“Err… Yeah. Does it disturb you when I play?” I asked. He stood, staring at me with large brown eyes.
“I like piano.” He said, smiling. His voice sounded as greasy as his sweater.
“Uh, great. Listen if it ever bothers you, just let me know, okay?” I said, turning around to finish unlocking my door. The guy didn’t say another word, and as I slipped into my apartment and closed the door, I looked through the peep hole. For a long while, the man simply stood watching my door. After several moments, he opened his own door and went inside. I’ve made sure that I deadbolt my door every time I come home since then.
That was also around the time I started having a vivid and recurring dream. I was back in my grandmother’s house, sitting on her bed while she played that melody that I’ve been craving so badly to hear again. In the dream, I was an outside observer, watching myself and my grandmother. The other-me sat on the bed, swaying slightly with his eyes close. My grandmother’s fingers danced on the keys as effortlessly and with as much expert precision as that day when I first witnessed her work at the keyboard. My heart ached as I watched the memory play before my eyes. It was torture seeing it all unfold in front of me, not being able to talk to her, or feel her touch once more. I was stuck in the dream state of unmoving. My lips tried to move and call out, but I had no lips in the first place. Only eyes to watch it all. But the damning hell of it, the absolute worst part of that terrible dream, is I could not hear what she was playing. Night after night I endured this awful torment, and night after night, I awoke with tears in my eyes.
The days would come and go, I would play and play. I built up quite the collection of personal written works, but none of them sounded like the song my grandmother wrote. Call me a quitter, but I had finally given up on hearing that melody ever again. That dream could haunt me until the day I died, but I had come to terms with never finding out what that beautiful arrangement of notes was. I had decided that I had to stop chasing that childish dream, and focus on my own work. I didn’t plan on being a bank teller forever after all. For all the things making music has brought me, the thing I’m most grateful for is what it has done to my peace of mind. My depression, my anxiety, none of that seemed to matter as long as I could still play.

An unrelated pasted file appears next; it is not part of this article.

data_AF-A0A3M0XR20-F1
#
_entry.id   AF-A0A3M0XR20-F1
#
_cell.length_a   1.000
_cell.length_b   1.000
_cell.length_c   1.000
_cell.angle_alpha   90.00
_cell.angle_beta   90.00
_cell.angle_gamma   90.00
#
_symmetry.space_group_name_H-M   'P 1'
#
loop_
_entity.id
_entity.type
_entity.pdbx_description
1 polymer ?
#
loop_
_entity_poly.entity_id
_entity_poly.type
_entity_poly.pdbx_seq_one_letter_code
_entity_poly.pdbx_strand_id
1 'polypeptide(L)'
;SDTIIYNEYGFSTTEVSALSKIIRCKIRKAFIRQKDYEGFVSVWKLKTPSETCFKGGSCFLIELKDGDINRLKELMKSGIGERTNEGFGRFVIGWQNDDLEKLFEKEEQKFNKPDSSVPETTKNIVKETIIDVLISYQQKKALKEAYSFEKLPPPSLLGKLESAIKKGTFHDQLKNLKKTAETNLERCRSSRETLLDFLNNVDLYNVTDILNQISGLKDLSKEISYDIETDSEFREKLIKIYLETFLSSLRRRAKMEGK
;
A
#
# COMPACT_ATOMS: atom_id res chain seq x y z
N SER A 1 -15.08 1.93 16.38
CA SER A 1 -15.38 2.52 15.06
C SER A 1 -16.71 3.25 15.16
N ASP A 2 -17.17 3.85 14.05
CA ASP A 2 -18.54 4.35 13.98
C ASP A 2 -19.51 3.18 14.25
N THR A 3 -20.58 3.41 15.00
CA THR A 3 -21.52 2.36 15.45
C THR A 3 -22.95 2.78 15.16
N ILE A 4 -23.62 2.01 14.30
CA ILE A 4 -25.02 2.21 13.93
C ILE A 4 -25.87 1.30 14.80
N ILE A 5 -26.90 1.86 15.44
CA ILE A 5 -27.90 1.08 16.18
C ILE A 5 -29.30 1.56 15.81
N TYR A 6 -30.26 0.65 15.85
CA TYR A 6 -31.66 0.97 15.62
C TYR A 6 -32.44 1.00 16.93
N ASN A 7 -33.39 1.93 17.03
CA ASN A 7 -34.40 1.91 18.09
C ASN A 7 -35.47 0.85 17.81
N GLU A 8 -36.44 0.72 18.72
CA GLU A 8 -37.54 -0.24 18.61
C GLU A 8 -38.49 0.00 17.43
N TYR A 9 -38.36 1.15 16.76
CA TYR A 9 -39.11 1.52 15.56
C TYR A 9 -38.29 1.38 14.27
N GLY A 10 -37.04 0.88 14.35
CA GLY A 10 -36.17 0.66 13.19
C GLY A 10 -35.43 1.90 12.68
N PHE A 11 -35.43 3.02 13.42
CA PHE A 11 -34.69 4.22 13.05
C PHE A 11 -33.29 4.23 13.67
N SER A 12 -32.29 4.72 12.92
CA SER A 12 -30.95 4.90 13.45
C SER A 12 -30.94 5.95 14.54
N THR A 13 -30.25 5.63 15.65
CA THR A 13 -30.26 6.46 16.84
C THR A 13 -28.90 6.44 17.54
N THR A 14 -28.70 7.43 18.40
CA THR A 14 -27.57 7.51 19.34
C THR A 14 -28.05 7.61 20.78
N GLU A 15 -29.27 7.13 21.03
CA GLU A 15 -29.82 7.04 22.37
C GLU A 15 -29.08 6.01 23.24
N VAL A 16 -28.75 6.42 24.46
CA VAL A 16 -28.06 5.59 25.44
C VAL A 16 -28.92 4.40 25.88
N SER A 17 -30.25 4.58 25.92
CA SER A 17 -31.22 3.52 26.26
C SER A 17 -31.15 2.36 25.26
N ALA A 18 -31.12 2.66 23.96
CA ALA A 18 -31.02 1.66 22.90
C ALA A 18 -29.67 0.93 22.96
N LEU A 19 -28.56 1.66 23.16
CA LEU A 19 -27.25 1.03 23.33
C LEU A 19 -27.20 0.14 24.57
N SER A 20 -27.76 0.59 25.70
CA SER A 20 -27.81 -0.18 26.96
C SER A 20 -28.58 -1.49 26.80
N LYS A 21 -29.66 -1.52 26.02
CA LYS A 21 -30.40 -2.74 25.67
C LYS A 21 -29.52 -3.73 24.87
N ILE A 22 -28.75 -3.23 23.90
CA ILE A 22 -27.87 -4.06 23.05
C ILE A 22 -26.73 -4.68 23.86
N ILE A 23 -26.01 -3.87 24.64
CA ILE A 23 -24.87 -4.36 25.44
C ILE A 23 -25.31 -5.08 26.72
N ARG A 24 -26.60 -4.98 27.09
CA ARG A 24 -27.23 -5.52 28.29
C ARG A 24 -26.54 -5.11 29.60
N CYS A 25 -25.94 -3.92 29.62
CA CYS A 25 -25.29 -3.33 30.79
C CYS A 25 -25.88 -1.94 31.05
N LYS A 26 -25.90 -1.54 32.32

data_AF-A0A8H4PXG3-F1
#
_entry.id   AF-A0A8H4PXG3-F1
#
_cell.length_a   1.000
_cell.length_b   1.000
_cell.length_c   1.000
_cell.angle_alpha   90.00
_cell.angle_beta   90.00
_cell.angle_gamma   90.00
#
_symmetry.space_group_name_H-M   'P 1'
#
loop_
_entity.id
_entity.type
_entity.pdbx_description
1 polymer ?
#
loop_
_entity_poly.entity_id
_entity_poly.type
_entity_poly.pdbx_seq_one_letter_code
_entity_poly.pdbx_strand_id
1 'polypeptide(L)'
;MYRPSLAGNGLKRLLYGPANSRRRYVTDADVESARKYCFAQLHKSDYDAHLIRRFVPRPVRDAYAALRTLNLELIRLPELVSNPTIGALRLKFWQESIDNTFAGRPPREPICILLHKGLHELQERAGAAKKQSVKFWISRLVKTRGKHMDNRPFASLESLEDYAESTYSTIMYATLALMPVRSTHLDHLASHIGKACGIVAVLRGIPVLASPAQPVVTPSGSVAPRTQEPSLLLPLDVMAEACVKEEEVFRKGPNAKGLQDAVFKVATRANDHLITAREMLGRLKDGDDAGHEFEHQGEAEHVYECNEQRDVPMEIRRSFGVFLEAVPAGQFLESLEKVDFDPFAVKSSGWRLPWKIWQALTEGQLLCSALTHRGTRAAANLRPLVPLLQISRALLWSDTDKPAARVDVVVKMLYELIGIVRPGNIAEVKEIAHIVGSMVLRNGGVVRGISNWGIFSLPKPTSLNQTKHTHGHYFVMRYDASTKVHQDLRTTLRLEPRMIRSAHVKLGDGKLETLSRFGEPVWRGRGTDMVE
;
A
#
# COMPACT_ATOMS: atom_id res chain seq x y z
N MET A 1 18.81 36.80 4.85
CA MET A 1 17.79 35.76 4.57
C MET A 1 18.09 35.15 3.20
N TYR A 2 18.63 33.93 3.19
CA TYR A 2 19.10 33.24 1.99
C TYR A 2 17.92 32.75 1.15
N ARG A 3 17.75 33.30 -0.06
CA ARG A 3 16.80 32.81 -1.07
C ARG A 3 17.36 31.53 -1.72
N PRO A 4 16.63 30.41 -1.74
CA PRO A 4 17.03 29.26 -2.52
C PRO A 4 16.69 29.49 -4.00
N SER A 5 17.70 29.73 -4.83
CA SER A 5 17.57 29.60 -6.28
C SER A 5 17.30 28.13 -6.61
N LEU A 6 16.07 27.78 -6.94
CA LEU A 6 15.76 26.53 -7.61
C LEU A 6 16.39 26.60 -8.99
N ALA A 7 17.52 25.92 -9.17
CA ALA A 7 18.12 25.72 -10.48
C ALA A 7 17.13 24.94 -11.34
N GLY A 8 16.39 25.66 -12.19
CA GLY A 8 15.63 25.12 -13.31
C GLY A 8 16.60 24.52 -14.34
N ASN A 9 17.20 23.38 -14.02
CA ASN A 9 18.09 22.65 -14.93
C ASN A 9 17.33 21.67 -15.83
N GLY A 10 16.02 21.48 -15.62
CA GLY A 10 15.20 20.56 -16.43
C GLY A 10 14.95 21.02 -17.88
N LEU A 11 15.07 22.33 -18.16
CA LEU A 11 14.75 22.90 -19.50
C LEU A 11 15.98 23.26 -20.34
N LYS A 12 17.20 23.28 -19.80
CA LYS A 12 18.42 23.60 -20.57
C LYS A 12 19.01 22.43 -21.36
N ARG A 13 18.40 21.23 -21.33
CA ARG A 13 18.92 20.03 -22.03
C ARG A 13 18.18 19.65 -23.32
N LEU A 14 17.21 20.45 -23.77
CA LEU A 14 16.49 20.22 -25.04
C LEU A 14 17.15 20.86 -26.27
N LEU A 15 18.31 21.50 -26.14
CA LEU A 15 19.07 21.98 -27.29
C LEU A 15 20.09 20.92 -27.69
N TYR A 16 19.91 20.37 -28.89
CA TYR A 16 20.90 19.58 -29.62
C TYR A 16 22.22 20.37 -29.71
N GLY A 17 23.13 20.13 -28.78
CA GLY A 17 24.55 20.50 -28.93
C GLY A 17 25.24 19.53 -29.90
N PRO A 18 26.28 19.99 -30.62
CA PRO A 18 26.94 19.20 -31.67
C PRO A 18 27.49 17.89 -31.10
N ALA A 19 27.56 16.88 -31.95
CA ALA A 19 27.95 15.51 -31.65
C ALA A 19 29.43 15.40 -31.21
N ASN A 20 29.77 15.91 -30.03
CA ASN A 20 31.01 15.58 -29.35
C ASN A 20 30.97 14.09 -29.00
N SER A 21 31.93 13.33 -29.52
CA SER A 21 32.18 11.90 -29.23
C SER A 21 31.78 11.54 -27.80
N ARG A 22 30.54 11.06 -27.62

One Friday evening, while I was arriving home from work late, I came through my front door, deadbolted it to keep out the strange man across the hall, and went straight to work on my music. Around nine o’ clock there was a knock on my door. I got up from my seat and looked through the peephole. There was no one there. I unlatched the deadbolt and opened the door, and looked right out into the hall. There was no one there either, but when I turned to go back inside I noticed a small, white piece of paper on the ground just in front of the doorway. I bent down, and turned it over.
Got you, it read. I heard the door across the hallway creak and I looked up just long enough to see the baseball bat come down on my head.
“Wake up, it’s no fun if you aren’t awake you piece of shit.” I stirred, and the words echoed around in my head, causing pain. My eyes flicked open to the bright kitchen light. I was in my own apartment, lying on my back on my kitchen floor. I couldn’t move my hands, they were bound behind me with some rope, and my legs were tied together as well. Duct tape wrapped tightly around my mouth prevented me from calling for help. Struggling as hard as I could against my binds, I found it was no use, they were so tight that they were cutting into my skin.
“That ain’t gonna help kid. I’ve been doing this a long time, I know how to tie a fuckin’ knot.”
My assailant walked into view. It was certainly my neighbor from across the hall, but his voice was no longer greasy, it was cold, and cruel. Gone was his slouched posture and pathetic demeanor. He stood before me now a completely different person than when I first saw him. He stood straight, caressing a large hunting knife with a gutting hook at the end. His eyes, once large and brown, were now small and black, and as cold as ice. His breath was steady, and calm. He smiled a cruel smile at me, and I tried to move and shake, to somehow break free. In my movement, I heard the sound of plastic, and my hands rubbed against a thin layer of the material underneath me, and I gave up fighting. I turned my head and glanced around only to confirm what I already knew.
I didn’t know who this man was, or how long he had been staying at this apartment complex, but the plastic that covered my floor and walls told me he wasn’t lying when he said he’d been doing this a long time. I knew my time was up.
“Oh, come on now. Don’t be like that.” The cruel voice spoke.